Abraham Lincoln

Abraham Lincoln was a great leader and sixteenth president of the United States. During his presidential term, Lincoln led his country through many constitutional, military, changes and, significantly, Civil War. As any leader, Abraham faced many challenges in his leadership, reflected by his failures. However, this great person achieved a lot in his life, including the historic ending of slavery and promotion of economic modernization. This essay focuses on the important facts about Abraham Lincoln: his early life, his president term, and, finally, his death.

Early Life and Personal Life

Abraham Lincoln was born in the year 1809 to the father Thomas Lincoln and mother Nancy Hanks in Hardin County, Kentucky. Having lost his mother early in life, Lincoln lived with his stepmother. Lincoln had a great passion for reading, and that is how he gained so much knowledge. The Abraham's stepmother, Sarah Bush Johnson, helped him much and became close with the stepson. In later years, Abraham married Mary Todd, a widow, and stayed with her four children.

Career before Presidency

Before joining military, Lincoln was a clerk. Abraham joined the military career, Black Hawk War, in the year 1832, becoming the captain of a group of volunteers. After joining regulars under Colonel Zachary Taylor, he moved on as a private in mounted Rangers then finally joined Independent Spy Corps. Later in his career, Lincoln vied for state legislature but lost the campaign. Thereafter, he assumed Postmaster position of New Salem before his election as Whig in the Illinois legislature. Since Abraham Lincoln had studied law, the bar admitted him in 1836. Between the years 1847 and 1849, Lincoln served in the US Representative. Finally, he was elected to the state legislature in 1854, a post he dropped in option of the US Senate. In his nomination to senate, Lincoln gave his famous speech “house divided” on which he condemned slavery. He pronounced, “A house divided against itself cannot stand…half slave…” (Lincoln and Roy 56)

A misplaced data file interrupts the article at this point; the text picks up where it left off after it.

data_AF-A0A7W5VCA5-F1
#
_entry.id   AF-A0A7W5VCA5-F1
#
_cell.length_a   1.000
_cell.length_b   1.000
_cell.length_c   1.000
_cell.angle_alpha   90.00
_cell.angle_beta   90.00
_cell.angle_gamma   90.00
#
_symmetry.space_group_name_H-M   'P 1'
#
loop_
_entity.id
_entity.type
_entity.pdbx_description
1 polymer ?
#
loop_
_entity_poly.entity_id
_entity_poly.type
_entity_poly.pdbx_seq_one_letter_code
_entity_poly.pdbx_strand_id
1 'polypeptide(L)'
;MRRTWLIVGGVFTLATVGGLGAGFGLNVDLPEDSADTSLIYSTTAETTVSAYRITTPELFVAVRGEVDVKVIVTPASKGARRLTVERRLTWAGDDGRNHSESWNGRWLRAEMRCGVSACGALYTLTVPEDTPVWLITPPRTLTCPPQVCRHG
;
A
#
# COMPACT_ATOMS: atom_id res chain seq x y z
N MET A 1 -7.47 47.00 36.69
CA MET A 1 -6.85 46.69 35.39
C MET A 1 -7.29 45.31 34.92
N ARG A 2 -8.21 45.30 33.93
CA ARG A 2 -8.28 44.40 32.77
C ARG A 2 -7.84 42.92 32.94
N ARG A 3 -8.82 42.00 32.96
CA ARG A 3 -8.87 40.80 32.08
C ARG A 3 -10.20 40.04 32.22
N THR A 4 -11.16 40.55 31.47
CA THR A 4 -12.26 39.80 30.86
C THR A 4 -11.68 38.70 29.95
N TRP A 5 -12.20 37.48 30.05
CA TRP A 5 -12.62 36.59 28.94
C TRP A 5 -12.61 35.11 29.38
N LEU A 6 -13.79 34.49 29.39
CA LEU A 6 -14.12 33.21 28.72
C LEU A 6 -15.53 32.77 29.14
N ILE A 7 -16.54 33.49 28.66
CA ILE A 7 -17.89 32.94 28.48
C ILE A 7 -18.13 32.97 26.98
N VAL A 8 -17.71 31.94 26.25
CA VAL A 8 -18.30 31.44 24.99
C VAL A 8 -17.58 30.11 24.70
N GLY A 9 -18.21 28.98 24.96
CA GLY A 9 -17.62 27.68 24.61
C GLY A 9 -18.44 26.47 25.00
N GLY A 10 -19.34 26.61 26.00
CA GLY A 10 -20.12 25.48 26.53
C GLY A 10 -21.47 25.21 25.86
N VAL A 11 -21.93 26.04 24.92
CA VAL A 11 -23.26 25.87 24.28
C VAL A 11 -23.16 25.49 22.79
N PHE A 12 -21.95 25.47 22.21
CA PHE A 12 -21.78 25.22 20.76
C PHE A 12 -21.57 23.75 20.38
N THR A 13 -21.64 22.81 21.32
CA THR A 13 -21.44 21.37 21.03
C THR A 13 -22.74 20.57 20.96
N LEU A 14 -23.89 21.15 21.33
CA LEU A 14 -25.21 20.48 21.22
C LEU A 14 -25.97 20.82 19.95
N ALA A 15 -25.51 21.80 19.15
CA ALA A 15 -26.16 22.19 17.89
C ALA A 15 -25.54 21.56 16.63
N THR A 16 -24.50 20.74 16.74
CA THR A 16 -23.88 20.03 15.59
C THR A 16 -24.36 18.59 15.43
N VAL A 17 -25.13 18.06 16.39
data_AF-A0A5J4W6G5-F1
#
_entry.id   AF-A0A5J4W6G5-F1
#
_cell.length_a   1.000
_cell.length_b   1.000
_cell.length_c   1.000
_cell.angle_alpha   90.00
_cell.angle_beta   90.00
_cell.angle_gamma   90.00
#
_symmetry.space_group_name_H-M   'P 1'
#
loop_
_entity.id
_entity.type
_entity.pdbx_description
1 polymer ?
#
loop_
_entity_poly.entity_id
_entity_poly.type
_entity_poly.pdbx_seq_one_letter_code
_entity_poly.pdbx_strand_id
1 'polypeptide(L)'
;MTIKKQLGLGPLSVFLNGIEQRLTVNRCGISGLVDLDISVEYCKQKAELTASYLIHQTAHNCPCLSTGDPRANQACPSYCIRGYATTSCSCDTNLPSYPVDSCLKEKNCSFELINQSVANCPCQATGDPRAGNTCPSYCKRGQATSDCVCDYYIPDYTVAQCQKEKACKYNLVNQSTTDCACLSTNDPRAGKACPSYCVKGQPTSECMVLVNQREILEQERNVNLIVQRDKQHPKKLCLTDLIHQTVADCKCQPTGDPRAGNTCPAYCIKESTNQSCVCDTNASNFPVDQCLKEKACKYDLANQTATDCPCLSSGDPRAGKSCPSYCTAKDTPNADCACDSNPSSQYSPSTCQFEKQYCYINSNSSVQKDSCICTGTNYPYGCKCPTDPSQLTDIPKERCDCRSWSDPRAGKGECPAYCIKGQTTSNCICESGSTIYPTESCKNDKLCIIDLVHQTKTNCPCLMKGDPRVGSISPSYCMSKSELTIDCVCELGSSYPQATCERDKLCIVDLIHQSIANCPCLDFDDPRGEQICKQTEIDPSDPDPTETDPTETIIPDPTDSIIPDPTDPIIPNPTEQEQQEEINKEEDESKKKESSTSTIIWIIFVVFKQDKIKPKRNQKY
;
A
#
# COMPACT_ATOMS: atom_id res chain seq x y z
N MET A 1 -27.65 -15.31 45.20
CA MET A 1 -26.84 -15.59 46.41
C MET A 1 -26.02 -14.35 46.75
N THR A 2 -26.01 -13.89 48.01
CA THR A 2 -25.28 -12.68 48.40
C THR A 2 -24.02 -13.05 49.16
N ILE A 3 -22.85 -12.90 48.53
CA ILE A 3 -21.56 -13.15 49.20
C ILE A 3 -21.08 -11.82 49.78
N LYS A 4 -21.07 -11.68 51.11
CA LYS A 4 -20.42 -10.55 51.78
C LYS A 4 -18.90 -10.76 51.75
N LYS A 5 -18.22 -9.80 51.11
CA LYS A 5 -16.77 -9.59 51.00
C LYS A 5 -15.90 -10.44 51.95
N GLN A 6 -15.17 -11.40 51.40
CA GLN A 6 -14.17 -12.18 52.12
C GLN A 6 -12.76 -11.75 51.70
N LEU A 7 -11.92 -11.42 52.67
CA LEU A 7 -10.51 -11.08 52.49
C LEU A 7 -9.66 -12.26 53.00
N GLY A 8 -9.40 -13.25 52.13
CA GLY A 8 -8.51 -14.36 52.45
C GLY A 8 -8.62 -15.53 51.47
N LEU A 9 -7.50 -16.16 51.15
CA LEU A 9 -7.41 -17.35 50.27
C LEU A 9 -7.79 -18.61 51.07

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Lincoln-Douglas Debates

During their campaigns, Lincoln debated severely with his opponent, Douglas, on the issue of slavery. The two candidates then agreed on certain issues but significantly disagreed on morality of slavery. According to Lincoln, slaves deserved rights envisaged in the Declaration of Independence: life, liberty, and happiness. In contrast, Douglas argued for sovereignty and that slavery should spread further.

Presidency, Accomplishments and Major Events

Abraham became the 16th US President on 6 November 1860 after beating his contestants and leading with 40% of the popular vote together with 108 of 303 electors votes. To many scholars Abraham Lincoln is the best President, credited for holding Unions together, emancipating African-Americans from slavery and leading the North to win the Civil War. It was clear from his inauguration that Lincoln was going to protect his government as he expressed in his speech, “In…my dissatisfied fellow countrymen …protect and defend it.” By soliciting people, Lincoln was able to force Federal law and the Union. It is commendable that this great leader still believed in the impeccable significance of uniting the North and South. Lincoln ratified the Emancipation Proclamation and 13th Amendment, which freed all slaves in Southern states (Guelzo 76). Apart from preserving Union throughout the Civil War, Lincoln also passed Homestead Act allowing squatters to own land they had preoccupied for five years, hence populating the Great Plains.


While on his way to a play at Ford’s Theater in Washington, Actor John Wilkes shot Abraham Lincoln in the back of the head. The incident happened on 14 April 1865 but Lincoln succumbed to death on April 15 marking the fall of a great leader.

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The world will always remember Abraham Lincoln as a revolutionary and philosophical leader who brought many changes to America. 

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